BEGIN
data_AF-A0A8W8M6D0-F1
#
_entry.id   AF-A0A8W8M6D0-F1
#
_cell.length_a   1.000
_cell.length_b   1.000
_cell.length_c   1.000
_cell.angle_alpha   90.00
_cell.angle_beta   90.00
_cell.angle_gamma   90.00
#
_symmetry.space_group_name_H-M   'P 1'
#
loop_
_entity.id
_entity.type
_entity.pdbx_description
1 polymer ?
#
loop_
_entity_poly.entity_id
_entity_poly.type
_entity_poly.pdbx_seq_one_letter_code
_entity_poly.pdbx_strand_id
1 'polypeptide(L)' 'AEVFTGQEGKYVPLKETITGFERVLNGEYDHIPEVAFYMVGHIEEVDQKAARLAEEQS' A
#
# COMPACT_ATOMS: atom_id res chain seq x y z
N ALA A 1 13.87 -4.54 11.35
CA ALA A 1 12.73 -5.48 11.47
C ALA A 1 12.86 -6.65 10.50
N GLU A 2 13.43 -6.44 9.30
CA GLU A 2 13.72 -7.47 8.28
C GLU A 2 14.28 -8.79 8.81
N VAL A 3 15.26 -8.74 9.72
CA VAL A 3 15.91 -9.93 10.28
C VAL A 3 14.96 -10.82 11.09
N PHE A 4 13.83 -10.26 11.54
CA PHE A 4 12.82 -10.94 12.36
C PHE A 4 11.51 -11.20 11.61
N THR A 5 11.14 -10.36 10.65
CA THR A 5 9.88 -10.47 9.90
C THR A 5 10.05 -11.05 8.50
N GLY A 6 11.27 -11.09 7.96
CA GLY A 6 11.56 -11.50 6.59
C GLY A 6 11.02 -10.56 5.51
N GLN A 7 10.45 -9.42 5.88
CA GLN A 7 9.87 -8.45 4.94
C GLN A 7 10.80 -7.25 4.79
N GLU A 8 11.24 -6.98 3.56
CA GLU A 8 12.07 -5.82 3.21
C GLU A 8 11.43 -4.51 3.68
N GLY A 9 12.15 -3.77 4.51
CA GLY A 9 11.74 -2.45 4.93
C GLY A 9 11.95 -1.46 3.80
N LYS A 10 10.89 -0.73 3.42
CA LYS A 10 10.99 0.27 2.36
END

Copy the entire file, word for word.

data_AF-A0A8W8M6D0-F1
#
_entry.id   AF-A0A8W8M6D0-F1
#
_cell.length_a   1.000
_cell.length_b   1.000
_cell.length_c   1.000
_cell.angle_alpha   90.00
_cell.angle_beta   90.00
_cell.angle_gamma   90.00
#
_symmetry.space_group_name_H-M   'P 1'
#
loop_
_entity.id
_entity.type
_entity.pdbx_description
1 polymer ?
#
loop_
_entity_poly.entity_id
_entity_poly.type
_entity_poly.pdbx_seq_one_letter_code
_entity_poly.pdbx_strand_id
1 'polypeptide(L)' 'AEVFTGQEGKYVPLKETITGFERVLNGEYDHIPEVAFYMVGHIEEVDQKAARLAEEQS' A
#
# COMPACT_ATOMS: atom_id res chain seq x y z
N ALA A 1 13.87 -4.54 11.35
CA ALA A 1 12.73 -5.48 11.47
C ALA A 1 12.86 -6.65 10.50
N GLU A 2 13.43 -6.44 9.30
CA GLU A 2 13.72 -7.47 8.28
C GLU A 2 14.28 -8.79 8.81
N VAL A 3 15.26 -8.74 9.72
CA VAL A 3 15.91 -9.93 10.28
C VAL A 3 14.96 -10.82 11.09
N PHE A 4 13.83 -10.26 11.54
CA PHE A 4 12.82 -10.94 12.36
C PHE A 4 11.51 -11.20 11.61
N THR A 5 11.14 -10.36 10.65
CA THR A 5 9.88 -10.47 9.90
C THR A 5 10.05 -11.05 8.50
N GLY A 6 11.27 -11.09 7.96
CA GLY A 6 11.56 -11.50 6.59
C GLY A 6 11.02 -10.56 5.51
N GLN A 7 10.45 -9.42 5.88
CA GLN A 7 9.87 -8.45 4.94
C GLN A 7 10.80 -7.25 4.79
N GLU A 8 11.24 -6.98 3.56
CA GLU A 8 12.07 -5.82 3.21
C GLU A 8 11.43 -4.51 3.68
N GLY A 9 12.15 -3.77 4.51
CA GLY A 9 11.74 -2.45 4.93
C GLY A 9 11.95 -1.46 3.80
N LYS A 10 10.89 -0.73 3.42
CA LYS A 10 10.99 0.27 2.36